The perils of working for a family owned business

by Evil HR Lady on June 20, 2014

Family owned businesses are big business in the United States. While some are the stereotypical “Mom & Pop” store, others are Fortune 500 companies. In fact, there’s a pretty good chance that you’re working for a family owned business. According to the Conway Center for Family Business, family owned businesses account for 6o percent of U.S. employment.

So, what do you do when the boss’s relatives show up and make your life miserable? Now, it isn’t likely that your job as a cashier at family owned Walmart is going to be plagued by repeated visits from Walton family relatives, but it is likely that if you work for a small family owned business that the family will be a part of your life.

I received an email from an employee whose boss decided she needed coaching. This is a normal thing for a boss to do, and actually, it would be great if more bosses would be willing to provide coaching to struggling employees. The only problem was, this boss knew the perfect coach — his wife. This “coach” came in, demanded attention, refused to listen (a critical skill of true business coaches) and went running to her husband to complain about the employee.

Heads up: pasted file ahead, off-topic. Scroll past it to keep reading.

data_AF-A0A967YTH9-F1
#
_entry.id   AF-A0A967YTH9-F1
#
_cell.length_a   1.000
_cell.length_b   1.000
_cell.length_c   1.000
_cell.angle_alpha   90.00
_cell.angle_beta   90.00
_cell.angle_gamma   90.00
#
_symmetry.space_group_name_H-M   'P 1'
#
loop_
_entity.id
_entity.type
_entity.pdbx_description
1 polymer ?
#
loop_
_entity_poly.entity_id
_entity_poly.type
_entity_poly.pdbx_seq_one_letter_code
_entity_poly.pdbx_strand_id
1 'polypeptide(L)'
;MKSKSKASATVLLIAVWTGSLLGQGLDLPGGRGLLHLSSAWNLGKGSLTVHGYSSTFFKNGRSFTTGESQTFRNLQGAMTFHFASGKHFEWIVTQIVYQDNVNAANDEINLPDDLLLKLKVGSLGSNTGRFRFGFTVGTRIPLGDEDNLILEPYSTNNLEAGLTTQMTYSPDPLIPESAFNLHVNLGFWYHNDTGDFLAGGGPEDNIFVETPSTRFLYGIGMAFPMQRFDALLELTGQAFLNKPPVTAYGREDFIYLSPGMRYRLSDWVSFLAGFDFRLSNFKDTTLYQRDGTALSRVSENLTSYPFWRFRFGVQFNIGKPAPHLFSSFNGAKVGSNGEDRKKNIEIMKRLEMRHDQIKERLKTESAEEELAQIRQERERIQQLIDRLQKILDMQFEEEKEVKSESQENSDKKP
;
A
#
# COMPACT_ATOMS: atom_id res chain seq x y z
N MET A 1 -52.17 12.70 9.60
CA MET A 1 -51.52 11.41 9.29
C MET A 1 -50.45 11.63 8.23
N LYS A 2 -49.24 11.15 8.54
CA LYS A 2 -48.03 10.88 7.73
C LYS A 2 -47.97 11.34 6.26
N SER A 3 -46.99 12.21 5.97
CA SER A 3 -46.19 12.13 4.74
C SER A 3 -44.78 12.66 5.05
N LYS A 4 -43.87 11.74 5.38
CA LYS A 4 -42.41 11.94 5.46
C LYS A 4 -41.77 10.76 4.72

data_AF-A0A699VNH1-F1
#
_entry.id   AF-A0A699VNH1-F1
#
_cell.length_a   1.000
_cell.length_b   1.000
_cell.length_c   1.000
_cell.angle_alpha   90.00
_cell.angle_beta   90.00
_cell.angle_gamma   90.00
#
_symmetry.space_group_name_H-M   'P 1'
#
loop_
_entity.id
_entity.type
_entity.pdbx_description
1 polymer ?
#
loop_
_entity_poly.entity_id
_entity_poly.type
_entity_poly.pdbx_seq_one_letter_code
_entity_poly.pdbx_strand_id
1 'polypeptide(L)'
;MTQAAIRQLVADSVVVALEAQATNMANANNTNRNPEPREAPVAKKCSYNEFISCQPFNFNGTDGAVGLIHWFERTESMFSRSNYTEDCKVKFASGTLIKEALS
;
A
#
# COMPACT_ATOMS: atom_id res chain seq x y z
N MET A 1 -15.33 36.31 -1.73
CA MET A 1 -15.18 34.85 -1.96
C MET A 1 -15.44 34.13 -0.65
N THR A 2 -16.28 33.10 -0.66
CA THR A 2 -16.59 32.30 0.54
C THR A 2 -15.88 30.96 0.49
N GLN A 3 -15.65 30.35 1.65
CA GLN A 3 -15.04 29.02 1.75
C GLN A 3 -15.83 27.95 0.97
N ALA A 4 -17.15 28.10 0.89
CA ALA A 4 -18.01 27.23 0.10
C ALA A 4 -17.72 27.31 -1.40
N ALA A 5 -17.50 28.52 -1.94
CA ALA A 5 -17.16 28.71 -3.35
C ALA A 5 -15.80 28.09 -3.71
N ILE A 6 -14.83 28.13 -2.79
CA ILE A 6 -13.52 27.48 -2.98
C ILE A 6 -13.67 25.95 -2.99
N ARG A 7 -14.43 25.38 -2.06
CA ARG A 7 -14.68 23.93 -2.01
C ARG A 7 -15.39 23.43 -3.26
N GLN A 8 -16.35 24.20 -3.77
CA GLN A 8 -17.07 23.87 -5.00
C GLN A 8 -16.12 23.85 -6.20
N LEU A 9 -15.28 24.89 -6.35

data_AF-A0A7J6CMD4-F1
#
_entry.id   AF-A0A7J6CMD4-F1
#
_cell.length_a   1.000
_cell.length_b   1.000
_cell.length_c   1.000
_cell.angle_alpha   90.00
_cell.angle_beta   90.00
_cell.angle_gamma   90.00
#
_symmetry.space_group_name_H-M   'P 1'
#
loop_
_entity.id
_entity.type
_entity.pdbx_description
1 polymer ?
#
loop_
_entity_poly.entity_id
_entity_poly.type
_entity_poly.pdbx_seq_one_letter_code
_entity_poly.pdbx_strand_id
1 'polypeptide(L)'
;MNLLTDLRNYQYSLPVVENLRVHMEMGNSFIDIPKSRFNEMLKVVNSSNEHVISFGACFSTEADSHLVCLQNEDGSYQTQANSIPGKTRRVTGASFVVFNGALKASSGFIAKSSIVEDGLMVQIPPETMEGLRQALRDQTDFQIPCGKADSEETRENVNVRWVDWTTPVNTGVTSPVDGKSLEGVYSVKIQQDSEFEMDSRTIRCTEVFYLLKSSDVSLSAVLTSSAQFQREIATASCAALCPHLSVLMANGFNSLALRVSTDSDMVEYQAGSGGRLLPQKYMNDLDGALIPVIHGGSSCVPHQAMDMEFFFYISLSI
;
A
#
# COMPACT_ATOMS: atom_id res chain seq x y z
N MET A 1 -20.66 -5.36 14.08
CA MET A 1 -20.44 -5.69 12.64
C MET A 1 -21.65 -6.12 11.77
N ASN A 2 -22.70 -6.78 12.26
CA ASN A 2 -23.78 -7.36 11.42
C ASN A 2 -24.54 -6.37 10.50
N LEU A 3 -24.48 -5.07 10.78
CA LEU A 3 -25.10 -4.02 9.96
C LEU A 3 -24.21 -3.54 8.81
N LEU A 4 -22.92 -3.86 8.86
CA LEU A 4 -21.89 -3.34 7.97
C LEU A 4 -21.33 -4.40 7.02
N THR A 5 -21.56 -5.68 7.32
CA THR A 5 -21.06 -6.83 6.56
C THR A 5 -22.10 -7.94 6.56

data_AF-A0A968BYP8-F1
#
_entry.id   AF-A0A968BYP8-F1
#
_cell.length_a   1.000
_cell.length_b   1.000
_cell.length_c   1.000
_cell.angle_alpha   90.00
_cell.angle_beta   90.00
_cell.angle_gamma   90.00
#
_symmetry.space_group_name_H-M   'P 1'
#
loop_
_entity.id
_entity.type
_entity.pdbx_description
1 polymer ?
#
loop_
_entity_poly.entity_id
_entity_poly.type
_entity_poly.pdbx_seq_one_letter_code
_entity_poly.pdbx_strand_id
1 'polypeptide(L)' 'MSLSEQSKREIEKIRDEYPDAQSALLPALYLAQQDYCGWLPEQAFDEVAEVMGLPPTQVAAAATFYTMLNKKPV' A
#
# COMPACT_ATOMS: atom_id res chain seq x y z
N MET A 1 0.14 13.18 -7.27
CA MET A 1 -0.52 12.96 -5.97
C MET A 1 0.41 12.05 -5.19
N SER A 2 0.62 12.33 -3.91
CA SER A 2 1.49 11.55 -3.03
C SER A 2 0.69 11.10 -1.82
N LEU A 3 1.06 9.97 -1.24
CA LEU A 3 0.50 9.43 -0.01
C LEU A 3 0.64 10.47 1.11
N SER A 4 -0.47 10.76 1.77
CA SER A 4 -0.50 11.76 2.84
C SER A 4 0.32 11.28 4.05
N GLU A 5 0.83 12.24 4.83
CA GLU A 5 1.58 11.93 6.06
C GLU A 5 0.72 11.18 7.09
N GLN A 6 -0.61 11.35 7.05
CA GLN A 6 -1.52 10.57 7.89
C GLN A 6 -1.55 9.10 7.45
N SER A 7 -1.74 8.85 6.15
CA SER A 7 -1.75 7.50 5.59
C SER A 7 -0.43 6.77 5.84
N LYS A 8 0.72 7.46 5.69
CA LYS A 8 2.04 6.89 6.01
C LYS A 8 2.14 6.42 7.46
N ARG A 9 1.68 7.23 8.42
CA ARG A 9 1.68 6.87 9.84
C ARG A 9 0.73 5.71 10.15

To keep reading, click here: The perils of working for a family owned business


How to achieve the American Dream

by Evil HR Lady on June 19, 2014

Six out of 10 Americans believe the American dream is dead according to a recent poll. And lots of people are talking about how terrible that is. But, what I haven’t seen addressed is that 4 out of 10 Americans believe the American dream is not dead — that it is, in fact, still alive and kicking. And furthermore, although the poll doesn’t tell me one way or the other, I suspect that a good deal of those 4 out of 10 not only believe it’s possible to succeed and be better off than one’s parents, but have done precisely that.

Personally, I like to be on the side of positivity. After all, if you figure the game is impossible to win, you won’t try as hard to do so.

To keep reading, click here: How to achieve the American Dream

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A job before training even starts? It’s possible

by Evil HR Lady on June 18, 2014

For many young job-seekers, the usual order of things is that you enroll in school, and sometime when you are close to finishing you start looking for a job. But Work America is trying to change.

The startup aims to help unemployed, “under-qualified” people find a job. Formed in 2013, the firm is now working with people to get a job as a trucker or in a call center even before they get training. Work America’s website says:

To keep reading, click here: A job before training even starts? It’s possible